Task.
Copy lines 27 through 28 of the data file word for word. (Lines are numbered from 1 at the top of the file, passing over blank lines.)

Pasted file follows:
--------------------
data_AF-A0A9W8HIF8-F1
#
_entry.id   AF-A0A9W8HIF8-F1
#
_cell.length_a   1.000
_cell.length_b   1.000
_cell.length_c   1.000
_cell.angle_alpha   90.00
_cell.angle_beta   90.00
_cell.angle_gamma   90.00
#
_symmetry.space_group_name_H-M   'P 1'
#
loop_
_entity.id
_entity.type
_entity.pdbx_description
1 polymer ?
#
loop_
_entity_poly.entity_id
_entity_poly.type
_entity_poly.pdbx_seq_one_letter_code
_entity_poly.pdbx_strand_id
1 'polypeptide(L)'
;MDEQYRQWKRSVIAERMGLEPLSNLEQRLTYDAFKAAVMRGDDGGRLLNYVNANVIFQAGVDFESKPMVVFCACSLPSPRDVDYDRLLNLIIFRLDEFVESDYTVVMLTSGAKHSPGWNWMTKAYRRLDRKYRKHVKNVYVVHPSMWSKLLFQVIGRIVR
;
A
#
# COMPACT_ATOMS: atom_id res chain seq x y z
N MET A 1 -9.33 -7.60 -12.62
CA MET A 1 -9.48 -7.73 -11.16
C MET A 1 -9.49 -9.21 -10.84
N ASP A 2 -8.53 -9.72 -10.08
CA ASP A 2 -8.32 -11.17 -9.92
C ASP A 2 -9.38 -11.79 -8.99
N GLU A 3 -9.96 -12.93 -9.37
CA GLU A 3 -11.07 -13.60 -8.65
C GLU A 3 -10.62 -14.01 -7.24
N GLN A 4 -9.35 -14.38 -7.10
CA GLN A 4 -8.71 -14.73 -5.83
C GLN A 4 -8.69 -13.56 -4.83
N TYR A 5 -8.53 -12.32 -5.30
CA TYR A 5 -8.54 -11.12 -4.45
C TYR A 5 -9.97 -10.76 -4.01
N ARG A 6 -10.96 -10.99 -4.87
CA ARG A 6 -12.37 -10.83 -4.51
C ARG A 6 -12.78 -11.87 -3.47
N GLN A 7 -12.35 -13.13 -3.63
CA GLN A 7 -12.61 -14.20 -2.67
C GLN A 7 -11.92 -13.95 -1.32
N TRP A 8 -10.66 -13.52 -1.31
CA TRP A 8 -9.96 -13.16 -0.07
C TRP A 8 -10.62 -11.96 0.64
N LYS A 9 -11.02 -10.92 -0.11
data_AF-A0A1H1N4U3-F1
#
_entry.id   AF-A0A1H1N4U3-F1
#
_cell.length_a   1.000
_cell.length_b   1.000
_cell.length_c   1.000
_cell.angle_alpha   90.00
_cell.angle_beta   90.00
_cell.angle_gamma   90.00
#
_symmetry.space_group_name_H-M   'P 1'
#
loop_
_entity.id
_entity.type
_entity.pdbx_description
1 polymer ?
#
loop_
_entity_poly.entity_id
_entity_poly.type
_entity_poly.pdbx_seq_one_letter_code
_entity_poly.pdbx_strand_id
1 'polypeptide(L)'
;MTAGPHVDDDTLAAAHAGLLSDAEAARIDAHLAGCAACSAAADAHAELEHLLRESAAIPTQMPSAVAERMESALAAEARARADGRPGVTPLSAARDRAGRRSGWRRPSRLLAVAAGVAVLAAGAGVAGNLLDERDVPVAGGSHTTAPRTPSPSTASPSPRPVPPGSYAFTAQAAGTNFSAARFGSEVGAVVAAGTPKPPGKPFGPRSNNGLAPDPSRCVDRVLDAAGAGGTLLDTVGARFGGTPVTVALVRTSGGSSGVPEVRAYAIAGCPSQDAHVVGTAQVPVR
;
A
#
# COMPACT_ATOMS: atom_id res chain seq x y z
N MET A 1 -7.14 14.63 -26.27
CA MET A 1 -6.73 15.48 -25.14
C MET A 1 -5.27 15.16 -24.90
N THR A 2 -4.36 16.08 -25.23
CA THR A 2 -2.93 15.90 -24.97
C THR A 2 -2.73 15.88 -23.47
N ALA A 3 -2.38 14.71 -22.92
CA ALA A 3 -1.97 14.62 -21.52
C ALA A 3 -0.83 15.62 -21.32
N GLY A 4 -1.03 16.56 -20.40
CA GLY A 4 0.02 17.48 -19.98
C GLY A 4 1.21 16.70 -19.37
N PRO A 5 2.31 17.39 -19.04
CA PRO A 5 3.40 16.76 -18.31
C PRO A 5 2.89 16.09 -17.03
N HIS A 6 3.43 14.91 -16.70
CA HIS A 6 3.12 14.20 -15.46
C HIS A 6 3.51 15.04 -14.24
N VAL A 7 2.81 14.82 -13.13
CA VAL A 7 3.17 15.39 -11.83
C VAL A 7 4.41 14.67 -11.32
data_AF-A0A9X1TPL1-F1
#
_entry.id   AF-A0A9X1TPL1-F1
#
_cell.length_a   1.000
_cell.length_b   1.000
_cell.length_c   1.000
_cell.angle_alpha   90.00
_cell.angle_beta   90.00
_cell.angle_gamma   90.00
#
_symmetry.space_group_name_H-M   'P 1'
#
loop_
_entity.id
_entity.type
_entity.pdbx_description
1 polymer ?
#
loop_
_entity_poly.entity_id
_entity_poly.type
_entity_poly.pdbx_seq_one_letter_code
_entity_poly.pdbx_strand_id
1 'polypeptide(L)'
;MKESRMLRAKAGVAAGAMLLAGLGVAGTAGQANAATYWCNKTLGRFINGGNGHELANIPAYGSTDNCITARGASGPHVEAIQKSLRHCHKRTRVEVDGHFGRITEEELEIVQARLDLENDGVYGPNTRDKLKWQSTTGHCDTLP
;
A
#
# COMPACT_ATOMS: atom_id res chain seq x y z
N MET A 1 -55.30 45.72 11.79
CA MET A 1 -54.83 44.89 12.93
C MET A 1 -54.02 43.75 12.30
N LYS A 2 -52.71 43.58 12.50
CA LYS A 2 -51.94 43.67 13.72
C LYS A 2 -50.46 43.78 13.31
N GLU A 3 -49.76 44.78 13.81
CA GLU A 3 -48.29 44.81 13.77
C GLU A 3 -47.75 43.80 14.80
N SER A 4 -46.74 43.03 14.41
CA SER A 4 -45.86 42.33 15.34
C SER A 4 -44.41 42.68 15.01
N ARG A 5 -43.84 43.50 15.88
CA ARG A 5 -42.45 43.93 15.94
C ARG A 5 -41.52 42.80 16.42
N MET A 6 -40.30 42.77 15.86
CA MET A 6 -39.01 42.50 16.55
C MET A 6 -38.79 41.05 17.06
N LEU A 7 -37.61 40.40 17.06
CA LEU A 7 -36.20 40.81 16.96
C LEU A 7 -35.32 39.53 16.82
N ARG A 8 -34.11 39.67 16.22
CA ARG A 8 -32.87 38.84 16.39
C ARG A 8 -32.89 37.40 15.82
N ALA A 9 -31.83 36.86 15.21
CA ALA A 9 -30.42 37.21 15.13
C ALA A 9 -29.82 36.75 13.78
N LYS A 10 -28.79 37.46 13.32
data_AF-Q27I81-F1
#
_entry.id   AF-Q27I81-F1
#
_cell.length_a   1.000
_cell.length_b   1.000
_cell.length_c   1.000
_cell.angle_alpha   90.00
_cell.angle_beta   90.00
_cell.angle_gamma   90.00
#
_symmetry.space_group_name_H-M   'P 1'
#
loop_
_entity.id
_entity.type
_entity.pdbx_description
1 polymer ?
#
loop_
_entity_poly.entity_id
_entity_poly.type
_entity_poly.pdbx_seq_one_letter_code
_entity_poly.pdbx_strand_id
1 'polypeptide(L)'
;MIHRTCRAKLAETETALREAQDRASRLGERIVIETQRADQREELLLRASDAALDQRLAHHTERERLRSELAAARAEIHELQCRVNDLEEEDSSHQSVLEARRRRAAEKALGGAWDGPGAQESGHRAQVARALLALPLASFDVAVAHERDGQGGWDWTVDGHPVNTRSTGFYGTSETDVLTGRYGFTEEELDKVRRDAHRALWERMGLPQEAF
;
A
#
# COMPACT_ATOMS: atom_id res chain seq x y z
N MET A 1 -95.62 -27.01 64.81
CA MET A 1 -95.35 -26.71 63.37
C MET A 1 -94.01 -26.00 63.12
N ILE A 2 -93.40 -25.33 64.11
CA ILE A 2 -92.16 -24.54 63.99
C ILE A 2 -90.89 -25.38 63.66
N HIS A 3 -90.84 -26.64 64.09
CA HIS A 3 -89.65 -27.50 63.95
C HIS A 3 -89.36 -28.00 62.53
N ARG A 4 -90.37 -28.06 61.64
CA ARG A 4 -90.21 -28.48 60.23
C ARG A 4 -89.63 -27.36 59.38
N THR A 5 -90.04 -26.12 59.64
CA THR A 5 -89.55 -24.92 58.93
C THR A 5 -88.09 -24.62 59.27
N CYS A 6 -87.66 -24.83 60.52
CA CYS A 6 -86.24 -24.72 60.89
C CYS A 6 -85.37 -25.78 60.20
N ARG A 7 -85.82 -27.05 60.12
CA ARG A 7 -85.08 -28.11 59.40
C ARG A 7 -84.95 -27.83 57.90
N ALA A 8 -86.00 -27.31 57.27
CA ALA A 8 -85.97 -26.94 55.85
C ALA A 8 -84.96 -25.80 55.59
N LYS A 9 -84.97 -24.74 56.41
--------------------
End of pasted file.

;
A